Boomkicker® Boom Supports
The Alternative to Mechanical or Rigid Vangs
View Shopping Cart Patent Numbers 5,070,802; 6,062,155
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BOOMKICKER MODELS AND SPECIFICATIONS

There are several ways to choose a Boomkicker for your boat.
Perhaps the easiest is to check the boat list which is based primarily on past purchases. There are over 660 boat designs. If the design is not listed, there might be one that is close.

The table below gives model specifications and general recommendations based on boat size. For  customized recommendations try the measurement program. "Metric?"

Already have a Boomkicker, not sure which model? Click here

If still in doubt contact us and we're happy to discuss it.

Click on model number for basic description and installation

Boomkicker
Model
Suggested
Boat Size
Initial
Pin to Pin
Minimum
Pin to Pin
Maximum
Force1
Stroke
Initial Min.3
K0312*
14-16'
30"
25"
75 lbs.
11"      6"
K0400*
16-19'
34"
26"
150 lbs.
11"       6"
K0500
16-20'
36"
26"
150 lbs.
11"       6"
K0750
20-25'
36"
31"
250 lbs.
11"       6"
K0800
25-27'
45"
35"
300 lbs.
15"       6"

K1000

27-30'

45"

41"

400 lbs..

15"       6"

K1250

30-34'

53"

43"

500 lbs.

16"       9"

K1500

34-38'

53"

49"

600 lbs.

16"       9"
1. At Maximum Pin to Pin length.
2. Maximum stroke at initial Pin to Pin
3. Maximum stroke at min. Pin to Pin. Stroke is travel when flexed. 1" of stroke
    equates to approximately 7" at the aft end of the boom.
* Uses webbing sling at boom instead of track fitting.



 

Boomkickers  use two coated solid fiberglass spring rods to provide the force necessary to support the boom and mainsail. The rods are clamped into teflon coated, anodized aluminum end pieces and attached to universal mast and boom fittings.  Fittings are included along with machine screw fasteners, the proper drill and tap and hex wrench. The mast fitting includes a round slide which, used in the luff groove, avoids drilling into the mast. Flat slides in varying widths are available from the factory.  The slides can often be inserted at the sail opening above the gooseneck and slid down reassembling the fitting in position. If slides are not usable, the fitting can be attached directly to the mast using the same drill and tap provided for the boom.  The custom extruded boom track is contoured to fit both round and flat bottom booms. The track has an adjustable clevis pin to set the maximum height the Boomkicker will lift the boom. The track length forward of the pin allows the boom to move higher if needed.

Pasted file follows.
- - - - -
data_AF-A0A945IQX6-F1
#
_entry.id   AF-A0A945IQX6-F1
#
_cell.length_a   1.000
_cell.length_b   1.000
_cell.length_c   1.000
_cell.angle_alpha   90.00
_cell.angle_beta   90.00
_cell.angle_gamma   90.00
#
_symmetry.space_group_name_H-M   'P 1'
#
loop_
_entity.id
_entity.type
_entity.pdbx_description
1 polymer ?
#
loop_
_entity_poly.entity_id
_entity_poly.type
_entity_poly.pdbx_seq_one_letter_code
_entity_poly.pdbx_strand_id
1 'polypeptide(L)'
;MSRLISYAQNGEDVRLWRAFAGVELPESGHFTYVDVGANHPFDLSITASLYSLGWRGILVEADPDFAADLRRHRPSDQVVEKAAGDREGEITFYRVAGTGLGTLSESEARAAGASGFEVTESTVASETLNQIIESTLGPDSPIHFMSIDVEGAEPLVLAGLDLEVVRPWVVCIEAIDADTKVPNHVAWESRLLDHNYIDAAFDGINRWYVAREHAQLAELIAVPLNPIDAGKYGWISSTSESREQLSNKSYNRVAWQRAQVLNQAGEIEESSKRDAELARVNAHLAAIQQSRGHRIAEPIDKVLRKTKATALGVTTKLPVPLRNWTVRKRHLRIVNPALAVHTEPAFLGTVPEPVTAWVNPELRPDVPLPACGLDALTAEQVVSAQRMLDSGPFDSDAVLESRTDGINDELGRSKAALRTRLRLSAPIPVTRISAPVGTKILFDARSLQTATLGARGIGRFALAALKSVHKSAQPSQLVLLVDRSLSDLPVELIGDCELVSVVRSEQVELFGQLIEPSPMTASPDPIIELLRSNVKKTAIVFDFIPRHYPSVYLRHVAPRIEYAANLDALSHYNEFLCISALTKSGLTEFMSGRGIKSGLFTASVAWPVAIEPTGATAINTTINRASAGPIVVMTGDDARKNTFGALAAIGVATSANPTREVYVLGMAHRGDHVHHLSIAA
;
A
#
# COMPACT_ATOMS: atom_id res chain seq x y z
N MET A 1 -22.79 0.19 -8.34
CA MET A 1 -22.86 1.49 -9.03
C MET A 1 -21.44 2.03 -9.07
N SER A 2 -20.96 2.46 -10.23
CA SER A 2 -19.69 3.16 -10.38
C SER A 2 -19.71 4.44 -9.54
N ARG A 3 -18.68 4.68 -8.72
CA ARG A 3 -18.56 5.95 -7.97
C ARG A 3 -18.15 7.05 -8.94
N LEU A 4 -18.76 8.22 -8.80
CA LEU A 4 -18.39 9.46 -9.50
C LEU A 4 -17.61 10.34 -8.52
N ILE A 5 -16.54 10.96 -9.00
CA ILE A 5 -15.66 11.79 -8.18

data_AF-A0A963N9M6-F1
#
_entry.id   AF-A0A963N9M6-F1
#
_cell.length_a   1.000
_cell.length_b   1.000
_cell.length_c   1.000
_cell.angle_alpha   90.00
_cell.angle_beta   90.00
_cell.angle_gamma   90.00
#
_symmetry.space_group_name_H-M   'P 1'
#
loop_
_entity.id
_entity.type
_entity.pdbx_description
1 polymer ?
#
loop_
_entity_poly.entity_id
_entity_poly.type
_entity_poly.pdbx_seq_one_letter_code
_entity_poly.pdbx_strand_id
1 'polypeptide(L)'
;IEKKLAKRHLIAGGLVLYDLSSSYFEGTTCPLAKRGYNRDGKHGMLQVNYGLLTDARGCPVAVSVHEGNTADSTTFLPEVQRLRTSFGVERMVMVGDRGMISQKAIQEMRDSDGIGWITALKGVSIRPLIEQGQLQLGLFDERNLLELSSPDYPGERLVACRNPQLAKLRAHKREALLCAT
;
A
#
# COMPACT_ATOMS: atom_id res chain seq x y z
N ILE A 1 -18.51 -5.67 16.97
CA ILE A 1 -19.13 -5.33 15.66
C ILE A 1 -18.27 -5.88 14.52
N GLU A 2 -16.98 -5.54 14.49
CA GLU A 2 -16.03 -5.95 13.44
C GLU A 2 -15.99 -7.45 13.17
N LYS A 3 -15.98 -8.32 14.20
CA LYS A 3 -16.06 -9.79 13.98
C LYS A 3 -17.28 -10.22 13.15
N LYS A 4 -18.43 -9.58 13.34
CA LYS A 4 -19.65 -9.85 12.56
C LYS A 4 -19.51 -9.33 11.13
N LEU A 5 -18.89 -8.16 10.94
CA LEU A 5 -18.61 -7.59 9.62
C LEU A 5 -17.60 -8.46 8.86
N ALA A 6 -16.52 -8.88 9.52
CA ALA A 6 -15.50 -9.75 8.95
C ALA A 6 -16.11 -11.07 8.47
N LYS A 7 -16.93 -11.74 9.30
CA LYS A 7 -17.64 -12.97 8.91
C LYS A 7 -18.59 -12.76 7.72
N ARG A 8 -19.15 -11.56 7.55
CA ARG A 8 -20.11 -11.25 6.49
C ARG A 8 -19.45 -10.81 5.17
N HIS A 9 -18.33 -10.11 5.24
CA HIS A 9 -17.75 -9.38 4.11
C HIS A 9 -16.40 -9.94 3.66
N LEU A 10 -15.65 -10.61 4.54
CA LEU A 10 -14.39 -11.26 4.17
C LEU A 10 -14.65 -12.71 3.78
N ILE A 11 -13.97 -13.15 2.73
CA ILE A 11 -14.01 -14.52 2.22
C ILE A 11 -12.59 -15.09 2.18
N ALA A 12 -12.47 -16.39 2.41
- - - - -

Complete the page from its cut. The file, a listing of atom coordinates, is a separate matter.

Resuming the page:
The pictures below show the basic set up of Boomkicker models 500, 750, 800, 1000, 1250 and 1500 with a multipurchase vang.  Models 500 and 750 are identical except for rod diameter, the same goes for models 800 and 1000, and then models 1250 and 1500.

       

When installed, the Boomkicker is straight with the boom  positioned above the usual sailing height. As the mainsheet or vang is tensioned, the Boomkicker flexes smoothly from straight to flexed. The force stays relatively constant as the Boomkicker continues to flex, which helps keep the vang efficient. Each model now includes only two rods of a specified diameter and force. If after installation the force is more or less then desired, optional rods are available either as exchange or for purchase. The more forceful the rods, the more support for the boom but the harder it will be to pull on the vang. In general only about 10 to 15 lbs should be needed to pull the end of the boom down by hand but it depends on your preference. Each 1/16" change in rod diameter equates to approximately 100lbs force at the Boomkicker or about 15 lbs. at the aft end of the boom. Using the boat list is a good way to see what has generally worked best for different boat designs. At their initial length, the rods provide as much as 6 feet of travel at the end of the boom depending on the set up. Within limits the spring rods can be shortened with a hacksaw to fit above the vang, with some loss of range.

The purpose and benefit of the track is to allow the Boomkicker to slide forward if the boom is allowed to raise beyond the Boomkickers' straight position or maximum travel. Sliding prevents the unit or fasteners from being overloaded in tension and used as a vang. Vang tension loads can be as much as 10 times the compression load the Boomkicker needs to support the boom.

 

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The Boomkicker  model K0312 works basically the same as the larger models by flexing as show below, but instead of attaching directly to the boom, a  webbing sling, suspended between the two spring rods, supports the boom. Designed for smaller daysailers, these Boomkickers are easy to install with no drilling or tapping required. All parts fit in the luff groove of the mast. For trailering, the design makes rigging and de-rigging a snap, simply remove the boom and fold the Boomkicker up against the mast for storage.